You heard it here first!

Now I don’t normally get into the whole joke forwarding Internet meme thing, but this has got to be one of the slickest viral campaigns I’ve seen in a while.

PalTalk, the ancient video IM platform that has been around in some shape or form for the last 7 years is responsible for this one. Looking to cash in on a topical event and some cheap laughs to get some much needed eyeballs onto the site.


Starbucks Sundays – Netbooks & the incredible shrinking man

This post isn’t going to be hugely competitive in nature, but bear with my little rant and we’ll get there in the end… I promise!

Last Saturday I had to venture down to that little Aladdin’s cave of technology treasures, Sim Lim Square, to pick up a coaxial cable. For any of you who have visited Singapore, it’s easily a geek’s wet dream. Dozens of IT and gadget shops all crammed together in one hell of a fire-trap. PCs, GPSs, MP3 players, you name it.

One growing trend as we’ve seen from the recently held Computex is the growth of the “Netbook” or Ultra Mobile PC market. Driven by one part Linux, one part XP, and a huge dose of affordability, these little gems are starting to pop up faster than a field of wild mushrooms after a storm. I’m very interested in getting on of these to replace my aging desktop (which is still running amazingly well on XP after 5 years), primarily to do some blogging and downtime webwork at the local Starbucks.

I ventured around the nooks and crannies of Sim Lim and managed to spend quite a lot of quality time with several models, namely:

  • Asus eee PC, both the eee PC 8G and the new eee PC 900 (with the spanky 8.9 inch display) in both XP and Linux flavours.
  • HP Mini-Note (Vista version).
  • Everex Cloudbook (XP version)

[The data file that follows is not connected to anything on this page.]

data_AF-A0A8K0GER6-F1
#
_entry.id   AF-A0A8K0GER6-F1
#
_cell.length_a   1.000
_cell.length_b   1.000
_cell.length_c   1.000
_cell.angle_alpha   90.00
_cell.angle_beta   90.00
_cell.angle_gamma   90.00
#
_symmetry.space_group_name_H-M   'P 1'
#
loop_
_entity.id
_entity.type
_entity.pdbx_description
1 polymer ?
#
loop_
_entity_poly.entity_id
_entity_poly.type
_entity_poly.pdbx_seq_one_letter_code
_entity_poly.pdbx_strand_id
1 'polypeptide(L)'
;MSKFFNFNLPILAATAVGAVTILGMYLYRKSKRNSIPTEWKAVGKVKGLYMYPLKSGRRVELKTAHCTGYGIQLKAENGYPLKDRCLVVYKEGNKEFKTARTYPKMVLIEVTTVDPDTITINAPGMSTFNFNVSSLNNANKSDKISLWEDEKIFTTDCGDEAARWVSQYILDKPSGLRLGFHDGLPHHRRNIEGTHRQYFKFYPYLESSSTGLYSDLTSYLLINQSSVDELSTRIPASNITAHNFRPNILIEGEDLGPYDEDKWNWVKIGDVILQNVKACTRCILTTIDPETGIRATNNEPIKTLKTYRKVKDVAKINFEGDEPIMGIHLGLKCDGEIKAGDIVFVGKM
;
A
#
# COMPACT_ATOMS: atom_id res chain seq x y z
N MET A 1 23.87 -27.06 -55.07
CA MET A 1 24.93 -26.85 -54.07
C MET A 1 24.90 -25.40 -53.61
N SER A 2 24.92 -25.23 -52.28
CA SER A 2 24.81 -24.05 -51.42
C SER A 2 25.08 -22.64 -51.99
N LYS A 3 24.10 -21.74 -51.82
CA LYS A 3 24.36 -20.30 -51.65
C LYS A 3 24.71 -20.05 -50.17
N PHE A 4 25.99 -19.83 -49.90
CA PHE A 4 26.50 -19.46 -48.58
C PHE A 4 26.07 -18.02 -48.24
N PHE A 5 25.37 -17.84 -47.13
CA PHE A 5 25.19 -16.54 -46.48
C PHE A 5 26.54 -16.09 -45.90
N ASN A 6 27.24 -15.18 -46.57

cloudbook_pr 4-8-08-hp

product_4087 asus-eee-pc-900-avialable

Now all of these have one thing in common, diminutive size. Small enough to be crammed into a school backpack, handbag or dare I say, manbag (I’d state for the record that if and when that happens to me it will be referred to as a “courier bag”, thank you for asking). Apart from that they all hit the web through WiFi and all have keyboards and screens, but that’s about where the similarities end.

There is a lot of noise around the blogosphere regarding what Operating System is being installed on these machines. Will this be a wedge for pushing Linux into the mass-market? Microsoft’s announcements around extending XP’s life on “netbooks” is another market consideration.

While this is all interesting from a software perspective, and don’t get me wrong, I think price and OS will play a big part in what machine people buy, but I firmly believe there’s a missing factor in the vast majority of estimates about how well these machines will perform.


I wouldn’t say that my hands are the world’s largest (9 years of soccer goal keeping made we aware that I have a size 10.5 hand). Despite that, I brought up the notepad or word processor on each machine I found vastly differing levels of usability for typing out anything longer than a sentence.

Currently the competitive differentiators for these machines are price, screen size, battery and physical size. In reality this means a cheaper price is better, a bigger screen is better (with respect to the machines footprint) and the smaller the machine is (thickness, weight and dimensions) the better. In none of the reviews I have read does the keyboard become key differentiator. This strikes me as being a bit strange. Like saying you could buy the fastest, best handling car, but you can only drive it in a straight line because the steering is so poor.  I don’t see HP pushing the keyboard as a differentiator (and I think the Mini-Note’s keyboard is better than an iBooks).

This raises the question of how do you change people’s perceptions to focus on non-traditional differentiators?

  • HP could focus the power of blog reviews to get more and more people talking about the keyboard first and foremost.
  • Advertising could focus on usability rather than just being a “toy”.
  • Good old fashioned benchmarking with the audiences that matter (students) on ease of use. (Try going to University and banging out that final assessment on tiny keys).